Community Property in California 

What is community property? Married couples and domestic partners are subject to community property laws.  Community property includes all assets acquired by spouses during marriage while domiciled in California, except for inheritances and gifts made to only one spouse.  (Family Code section 760.)

What is separate property? Assets acquired before marriage are separate property.  Assets acquired through inheritances or gifts to only one spouse are separate property.  (Family Code section 770.)

Why does community property affect estate planning?  Spouses may want to give certain assets to their children from a previous marriage, for example, or to someone who is not a member of the immediate family.  A will or trust might say, for example, "I give my community property to my spouse, and I give my separate property to my children who were born during my first marriage."  Community property and separate property can also be issues when someone dies without a will.  Also, if there is no will, community property that is given to a spouse can avoid probate if a spousal property petition is used.

Estate Planning complications due to community property:  Although the definitions of community property and separate property may seem clear, court decisions have changed community property statutory law.  The courts tend to favor community property over separate property, and there are several ways that separate property can be determined to be all or part community property.

1.  Commingling.  If separate property is mixed with similar community property, it may not be possible to identify which is which many years later.  An example would be bringing a separate property bank account into a marriage, and then depositing the funds into a community bank account. However, tracing of assets is often used to substantiate separate property claims.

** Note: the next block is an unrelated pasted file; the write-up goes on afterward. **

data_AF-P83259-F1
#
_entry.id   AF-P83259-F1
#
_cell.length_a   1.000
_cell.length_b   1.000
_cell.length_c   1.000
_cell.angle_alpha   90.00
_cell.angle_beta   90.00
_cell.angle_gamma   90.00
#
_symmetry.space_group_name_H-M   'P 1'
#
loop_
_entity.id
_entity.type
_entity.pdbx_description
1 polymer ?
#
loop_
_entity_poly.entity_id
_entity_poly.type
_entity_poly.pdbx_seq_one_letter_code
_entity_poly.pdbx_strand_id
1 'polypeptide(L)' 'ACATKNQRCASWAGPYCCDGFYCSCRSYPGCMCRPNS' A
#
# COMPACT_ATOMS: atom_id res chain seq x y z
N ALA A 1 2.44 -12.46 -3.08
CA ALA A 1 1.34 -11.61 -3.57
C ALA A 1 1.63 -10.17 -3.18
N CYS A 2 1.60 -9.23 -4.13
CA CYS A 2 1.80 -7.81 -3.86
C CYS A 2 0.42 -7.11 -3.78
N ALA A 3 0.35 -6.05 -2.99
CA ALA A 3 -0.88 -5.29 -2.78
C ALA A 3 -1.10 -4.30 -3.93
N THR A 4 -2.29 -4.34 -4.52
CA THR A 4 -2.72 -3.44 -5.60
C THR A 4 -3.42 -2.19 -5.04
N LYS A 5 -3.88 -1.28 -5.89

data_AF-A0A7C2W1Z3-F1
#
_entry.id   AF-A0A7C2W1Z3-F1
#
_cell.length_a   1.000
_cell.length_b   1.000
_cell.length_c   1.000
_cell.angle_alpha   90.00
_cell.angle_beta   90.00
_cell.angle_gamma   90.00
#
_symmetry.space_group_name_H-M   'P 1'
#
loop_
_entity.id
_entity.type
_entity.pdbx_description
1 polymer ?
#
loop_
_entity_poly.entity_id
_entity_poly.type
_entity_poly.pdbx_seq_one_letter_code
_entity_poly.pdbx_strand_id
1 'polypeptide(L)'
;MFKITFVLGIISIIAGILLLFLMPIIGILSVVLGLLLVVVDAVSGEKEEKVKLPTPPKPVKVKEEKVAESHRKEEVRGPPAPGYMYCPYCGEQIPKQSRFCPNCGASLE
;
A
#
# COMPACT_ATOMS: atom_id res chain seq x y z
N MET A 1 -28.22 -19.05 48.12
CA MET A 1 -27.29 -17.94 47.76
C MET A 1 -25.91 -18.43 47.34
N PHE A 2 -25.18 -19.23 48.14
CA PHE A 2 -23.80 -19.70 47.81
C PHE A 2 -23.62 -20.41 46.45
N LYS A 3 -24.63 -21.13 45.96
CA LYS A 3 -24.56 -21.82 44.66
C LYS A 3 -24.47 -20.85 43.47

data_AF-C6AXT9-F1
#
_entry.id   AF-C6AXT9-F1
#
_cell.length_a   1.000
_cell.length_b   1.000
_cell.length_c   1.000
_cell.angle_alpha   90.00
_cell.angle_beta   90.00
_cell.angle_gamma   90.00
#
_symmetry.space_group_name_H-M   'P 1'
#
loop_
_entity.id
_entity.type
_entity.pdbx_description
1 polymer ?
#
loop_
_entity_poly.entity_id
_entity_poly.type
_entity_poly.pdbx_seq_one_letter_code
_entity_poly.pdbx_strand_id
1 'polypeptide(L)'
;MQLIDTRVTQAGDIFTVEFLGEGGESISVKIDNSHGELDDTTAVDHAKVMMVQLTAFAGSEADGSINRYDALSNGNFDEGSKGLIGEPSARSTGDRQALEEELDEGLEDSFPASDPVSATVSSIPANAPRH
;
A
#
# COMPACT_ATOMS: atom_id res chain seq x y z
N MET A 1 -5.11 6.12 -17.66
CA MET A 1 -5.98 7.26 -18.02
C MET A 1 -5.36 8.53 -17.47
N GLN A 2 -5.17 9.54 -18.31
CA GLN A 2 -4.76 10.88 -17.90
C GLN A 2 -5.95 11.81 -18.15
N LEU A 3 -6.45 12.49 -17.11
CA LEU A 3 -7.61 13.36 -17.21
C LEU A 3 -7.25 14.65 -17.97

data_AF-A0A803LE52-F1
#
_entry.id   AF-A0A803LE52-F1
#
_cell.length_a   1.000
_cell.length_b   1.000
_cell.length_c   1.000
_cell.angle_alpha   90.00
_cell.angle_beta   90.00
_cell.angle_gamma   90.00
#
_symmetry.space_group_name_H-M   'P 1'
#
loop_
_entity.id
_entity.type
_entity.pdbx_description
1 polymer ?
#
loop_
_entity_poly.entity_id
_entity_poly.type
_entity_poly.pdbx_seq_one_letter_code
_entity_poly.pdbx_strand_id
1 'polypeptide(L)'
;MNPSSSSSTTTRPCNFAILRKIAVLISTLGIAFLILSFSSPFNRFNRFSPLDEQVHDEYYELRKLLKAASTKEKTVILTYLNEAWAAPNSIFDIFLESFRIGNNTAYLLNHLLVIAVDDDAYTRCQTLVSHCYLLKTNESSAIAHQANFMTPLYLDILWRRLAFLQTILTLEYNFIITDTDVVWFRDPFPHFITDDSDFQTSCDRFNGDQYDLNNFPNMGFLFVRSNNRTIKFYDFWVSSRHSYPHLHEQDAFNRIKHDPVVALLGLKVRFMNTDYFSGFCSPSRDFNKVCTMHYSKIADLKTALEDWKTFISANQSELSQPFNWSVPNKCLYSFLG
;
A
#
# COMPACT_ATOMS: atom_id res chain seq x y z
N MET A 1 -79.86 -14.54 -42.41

2. Community payments to improve or maintain separate property.  If a spouse brings a separate property house into a marriage, and then uses his or her monthly salary to pay the mortgage, the courts will determine that part of the house has become community property.  The percentage of the community interest will depend on the number of mortgage payments, and how much the value of the house changed during that period.  Likewise, using community assets to pay property taxes, insurance, and repairs can also give the community a claim to part of the house.

Separate property businesses.  Generally, income from a separate property asset is separate property.  However, if a spouse brings a business into a marriage and then works full time at the business, the courts can determine that the income from the business is community property.  For example, a spouse owns a restaurant before marriage, gets married, and continues to work at the restaurant 12 hours a day.  The income from the restaurant will most likely be considered community property.

How can couples avoid the statutes and court decisions and make their own decisions about community property? State law provides that couples can alter the law concerning community property by a written property agreement (Family Code section 1500).  Family Code section 1615 also requires that the party against whom the agreement is being enforced must have had independent legal counsel when the agreement was prepared and signed.  In other words, both spouses or domestic partners should hire their own lawyer when preparing a community property agreement or pre-nuptial agreement. 

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